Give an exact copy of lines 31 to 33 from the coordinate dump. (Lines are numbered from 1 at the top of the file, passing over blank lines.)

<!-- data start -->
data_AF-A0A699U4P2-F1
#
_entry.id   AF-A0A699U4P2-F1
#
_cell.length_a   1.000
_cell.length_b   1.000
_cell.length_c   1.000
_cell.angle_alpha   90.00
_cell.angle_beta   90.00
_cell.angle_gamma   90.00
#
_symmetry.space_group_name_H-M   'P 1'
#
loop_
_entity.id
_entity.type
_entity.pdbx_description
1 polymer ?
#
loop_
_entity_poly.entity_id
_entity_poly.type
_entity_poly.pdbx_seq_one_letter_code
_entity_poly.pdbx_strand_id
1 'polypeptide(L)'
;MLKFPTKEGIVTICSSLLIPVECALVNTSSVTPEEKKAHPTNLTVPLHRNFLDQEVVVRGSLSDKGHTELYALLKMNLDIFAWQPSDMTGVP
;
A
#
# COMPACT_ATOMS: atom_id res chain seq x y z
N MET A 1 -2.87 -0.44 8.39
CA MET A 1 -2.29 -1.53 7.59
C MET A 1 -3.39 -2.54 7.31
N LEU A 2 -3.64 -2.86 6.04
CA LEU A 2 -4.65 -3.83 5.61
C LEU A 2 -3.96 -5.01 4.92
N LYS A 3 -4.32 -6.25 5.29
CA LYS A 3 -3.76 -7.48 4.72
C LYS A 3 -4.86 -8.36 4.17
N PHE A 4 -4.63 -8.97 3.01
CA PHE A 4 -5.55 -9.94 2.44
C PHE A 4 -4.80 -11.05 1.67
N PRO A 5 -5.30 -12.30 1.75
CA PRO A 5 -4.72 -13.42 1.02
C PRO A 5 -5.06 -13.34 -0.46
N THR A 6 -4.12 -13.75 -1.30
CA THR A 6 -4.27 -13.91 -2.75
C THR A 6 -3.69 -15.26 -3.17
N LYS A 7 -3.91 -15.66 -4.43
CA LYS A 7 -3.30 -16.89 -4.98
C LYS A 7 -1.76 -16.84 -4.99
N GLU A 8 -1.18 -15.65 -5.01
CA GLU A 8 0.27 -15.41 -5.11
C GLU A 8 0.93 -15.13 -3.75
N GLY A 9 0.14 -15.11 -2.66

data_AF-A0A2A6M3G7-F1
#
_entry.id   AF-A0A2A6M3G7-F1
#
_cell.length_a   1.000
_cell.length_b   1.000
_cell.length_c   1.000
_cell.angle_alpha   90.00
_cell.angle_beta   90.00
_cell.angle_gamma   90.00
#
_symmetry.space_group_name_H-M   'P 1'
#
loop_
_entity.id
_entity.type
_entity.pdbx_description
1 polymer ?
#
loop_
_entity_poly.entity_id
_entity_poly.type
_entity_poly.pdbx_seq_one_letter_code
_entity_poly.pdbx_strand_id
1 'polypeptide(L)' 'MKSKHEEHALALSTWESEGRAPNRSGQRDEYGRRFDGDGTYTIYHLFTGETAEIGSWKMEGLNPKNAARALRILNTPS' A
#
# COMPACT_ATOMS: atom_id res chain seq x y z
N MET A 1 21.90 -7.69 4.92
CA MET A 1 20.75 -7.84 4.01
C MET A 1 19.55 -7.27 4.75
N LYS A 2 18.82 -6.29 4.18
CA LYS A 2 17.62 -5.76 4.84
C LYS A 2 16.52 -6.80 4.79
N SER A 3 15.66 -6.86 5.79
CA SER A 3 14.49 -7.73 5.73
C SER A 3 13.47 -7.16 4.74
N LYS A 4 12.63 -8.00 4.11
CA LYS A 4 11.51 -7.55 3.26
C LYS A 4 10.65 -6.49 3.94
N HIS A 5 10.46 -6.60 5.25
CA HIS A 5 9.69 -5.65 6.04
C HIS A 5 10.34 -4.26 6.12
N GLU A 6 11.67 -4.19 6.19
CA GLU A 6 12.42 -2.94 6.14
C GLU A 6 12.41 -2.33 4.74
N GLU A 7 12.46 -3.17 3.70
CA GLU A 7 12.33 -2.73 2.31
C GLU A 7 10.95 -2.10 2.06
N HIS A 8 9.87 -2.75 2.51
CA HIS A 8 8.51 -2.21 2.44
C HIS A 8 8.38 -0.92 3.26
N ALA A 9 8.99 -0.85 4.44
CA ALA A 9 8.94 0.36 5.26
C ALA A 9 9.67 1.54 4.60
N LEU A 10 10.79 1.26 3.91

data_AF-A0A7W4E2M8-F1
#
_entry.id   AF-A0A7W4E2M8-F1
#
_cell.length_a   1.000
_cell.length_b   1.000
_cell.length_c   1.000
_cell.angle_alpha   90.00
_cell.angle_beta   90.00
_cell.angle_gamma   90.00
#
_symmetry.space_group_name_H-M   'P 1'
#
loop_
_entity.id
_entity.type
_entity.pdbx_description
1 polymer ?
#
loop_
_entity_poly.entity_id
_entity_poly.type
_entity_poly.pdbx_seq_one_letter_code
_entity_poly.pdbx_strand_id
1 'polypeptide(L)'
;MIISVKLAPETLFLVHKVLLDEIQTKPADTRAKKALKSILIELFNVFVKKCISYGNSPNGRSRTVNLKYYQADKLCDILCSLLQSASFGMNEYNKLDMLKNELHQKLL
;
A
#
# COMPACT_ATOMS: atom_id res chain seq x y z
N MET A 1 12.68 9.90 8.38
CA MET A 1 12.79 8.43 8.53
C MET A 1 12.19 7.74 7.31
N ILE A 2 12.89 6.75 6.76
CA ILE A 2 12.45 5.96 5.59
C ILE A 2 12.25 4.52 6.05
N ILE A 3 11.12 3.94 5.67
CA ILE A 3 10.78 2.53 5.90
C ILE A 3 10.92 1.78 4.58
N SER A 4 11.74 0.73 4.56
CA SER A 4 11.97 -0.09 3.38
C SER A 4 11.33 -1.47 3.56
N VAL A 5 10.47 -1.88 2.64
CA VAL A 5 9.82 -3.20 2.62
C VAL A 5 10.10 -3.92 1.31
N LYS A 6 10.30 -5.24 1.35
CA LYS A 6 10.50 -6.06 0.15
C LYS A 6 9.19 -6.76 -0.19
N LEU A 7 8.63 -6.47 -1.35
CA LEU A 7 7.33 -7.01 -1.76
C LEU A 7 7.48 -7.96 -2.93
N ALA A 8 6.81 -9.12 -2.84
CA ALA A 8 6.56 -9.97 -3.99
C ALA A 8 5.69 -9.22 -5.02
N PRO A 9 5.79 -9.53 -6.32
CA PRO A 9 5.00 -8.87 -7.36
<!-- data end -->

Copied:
N MET A 1 -2.87 -0.44 8.39
CA MET A 1 -2.29 -1.53 7.59
C MET A 1 -3.39 -2.54 7.31